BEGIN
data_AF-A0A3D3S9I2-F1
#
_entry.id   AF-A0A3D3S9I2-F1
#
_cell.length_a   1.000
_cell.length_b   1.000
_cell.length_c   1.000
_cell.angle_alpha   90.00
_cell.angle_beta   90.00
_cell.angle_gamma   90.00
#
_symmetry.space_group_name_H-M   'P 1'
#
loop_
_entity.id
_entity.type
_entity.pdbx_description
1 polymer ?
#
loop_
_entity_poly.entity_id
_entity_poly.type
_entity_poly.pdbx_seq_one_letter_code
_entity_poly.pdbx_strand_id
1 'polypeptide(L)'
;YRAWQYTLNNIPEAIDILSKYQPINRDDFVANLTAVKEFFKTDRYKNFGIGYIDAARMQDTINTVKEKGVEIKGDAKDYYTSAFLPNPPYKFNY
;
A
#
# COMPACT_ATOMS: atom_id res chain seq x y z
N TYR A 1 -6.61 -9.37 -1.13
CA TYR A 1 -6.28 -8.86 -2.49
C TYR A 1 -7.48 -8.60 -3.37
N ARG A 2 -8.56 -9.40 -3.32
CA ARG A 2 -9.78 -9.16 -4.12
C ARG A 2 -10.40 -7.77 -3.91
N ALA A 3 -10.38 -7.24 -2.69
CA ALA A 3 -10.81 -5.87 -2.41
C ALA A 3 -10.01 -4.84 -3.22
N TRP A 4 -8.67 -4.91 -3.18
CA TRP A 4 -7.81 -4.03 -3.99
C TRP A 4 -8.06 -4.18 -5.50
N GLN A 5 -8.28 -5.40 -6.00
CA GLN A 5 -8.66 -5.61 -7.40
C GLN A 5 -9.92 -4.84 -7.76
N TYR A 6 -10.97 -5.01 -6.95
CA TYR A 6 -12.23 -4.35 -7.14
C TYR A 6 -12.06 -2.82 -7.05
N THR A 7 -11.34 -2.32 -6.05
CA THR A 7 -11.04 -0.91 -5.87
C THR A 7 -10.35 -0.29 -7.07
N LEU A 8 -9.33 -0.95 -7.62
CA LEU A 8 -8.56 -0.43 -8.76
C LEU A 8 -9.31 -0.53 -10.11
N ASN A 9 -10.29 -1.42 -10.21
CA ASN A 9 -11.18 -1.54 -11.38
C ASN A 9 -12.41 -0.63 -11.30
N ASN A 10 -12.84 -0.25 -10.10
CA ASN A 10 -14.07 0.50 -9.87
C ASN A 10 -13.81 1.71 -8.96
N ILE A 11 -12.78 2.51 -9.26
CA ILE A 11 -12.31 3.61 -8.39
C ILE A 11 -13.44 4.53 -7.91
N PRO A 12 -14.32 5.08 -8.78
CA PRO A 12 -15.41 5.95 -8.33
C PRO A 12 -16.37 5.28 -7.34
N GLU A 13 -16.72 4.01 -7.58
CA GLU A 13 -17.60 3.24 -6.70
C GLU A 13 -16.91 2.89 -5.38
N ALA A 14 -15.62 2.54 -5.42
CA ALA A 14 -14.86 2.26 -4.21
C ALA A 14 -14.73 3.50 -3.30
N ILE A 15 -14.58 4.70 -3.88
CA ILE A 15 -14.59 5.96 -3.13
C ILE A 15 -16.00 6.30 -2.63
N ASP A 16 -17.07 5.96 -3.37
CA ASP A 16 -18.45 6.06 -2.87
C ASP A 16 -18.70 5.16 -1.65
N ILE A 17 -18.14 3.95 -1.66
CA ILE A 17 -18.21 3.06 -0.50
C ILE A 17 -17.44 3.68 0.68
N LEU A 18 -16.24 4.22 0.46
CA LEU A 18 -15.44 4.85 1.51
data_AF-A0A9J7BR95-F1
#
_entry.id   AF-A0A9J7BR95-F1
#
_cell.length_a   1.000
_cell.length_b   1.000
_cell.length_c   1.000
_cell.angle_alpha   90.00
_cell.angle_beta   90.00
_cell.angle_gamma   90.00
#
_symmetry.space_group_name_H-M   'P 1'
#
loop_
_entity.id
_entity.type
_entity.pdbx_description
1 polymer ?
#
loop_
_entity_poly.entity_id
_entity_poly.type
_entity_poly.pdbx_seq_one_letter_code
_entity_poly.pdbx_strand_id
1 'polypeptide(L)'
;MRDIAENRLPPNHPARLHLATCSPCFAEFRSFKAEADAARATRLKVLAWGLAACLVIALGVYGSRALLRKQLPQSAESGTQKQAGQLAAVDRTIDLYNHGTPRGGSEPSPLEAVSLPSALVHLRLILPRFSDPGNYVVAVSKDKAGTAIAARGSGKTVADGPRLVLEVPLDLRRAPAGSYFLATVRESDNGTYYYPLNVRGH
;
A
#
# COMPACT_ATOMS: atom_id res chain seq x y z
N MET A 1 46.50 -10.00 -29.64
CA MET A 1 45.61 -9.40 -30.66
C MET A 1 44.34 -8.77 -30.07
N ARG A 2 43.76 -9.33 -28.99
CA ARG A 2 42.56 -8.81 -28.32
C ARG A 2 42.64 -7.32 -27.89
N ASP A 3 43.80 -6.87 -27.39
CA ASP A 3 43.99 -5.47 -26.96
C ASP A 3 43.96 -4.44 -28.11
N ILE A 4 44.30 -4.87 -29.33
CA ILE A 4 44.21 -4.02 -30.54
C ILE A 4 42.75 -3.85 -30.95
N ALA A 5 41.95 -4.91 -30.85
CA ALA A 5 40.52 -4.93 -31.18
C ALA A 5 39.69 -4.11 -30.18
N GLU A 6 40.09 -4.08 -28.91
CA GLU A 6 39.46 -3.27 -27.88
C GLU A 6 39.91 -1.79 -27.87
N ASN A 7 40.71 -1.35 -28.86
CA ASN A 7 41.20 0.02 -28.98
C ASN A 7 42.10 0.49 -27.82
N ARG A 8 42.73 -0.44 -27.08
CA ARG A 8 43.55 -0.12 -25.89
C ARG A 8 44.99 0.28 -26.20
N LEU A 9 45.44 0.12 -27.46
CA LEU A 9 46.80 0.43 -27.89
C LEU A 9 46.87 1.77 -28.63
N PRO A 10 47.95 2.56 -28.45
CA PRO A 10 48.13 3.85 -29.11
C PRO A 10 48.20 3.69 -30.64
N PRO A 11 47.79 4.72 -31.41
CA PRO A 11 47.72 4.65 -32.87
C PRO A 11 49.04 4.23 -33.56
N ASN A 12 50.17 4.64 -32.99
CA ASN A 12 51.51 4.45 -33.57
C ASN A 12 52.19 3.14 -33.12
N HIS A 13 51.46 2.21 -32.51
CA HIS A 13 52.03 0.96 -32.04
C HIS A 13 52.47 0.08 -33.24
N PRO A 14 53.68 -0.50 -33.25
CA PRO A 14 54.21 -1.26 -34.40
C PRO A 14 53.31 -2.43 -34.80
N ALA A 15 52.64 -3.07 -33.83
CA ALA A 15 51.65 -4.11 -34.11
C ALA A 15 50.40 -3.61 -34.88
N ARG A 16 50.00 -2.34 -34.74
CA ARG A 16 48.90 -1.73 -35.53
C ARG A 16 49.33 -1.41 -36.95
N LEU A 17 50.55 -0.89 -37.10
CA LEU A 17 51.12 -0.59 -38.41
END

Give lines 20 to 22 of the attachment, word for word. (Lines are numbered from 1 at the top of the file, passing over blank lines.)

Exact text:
loop_
_entity_poly.entity_id
_entity_poly.type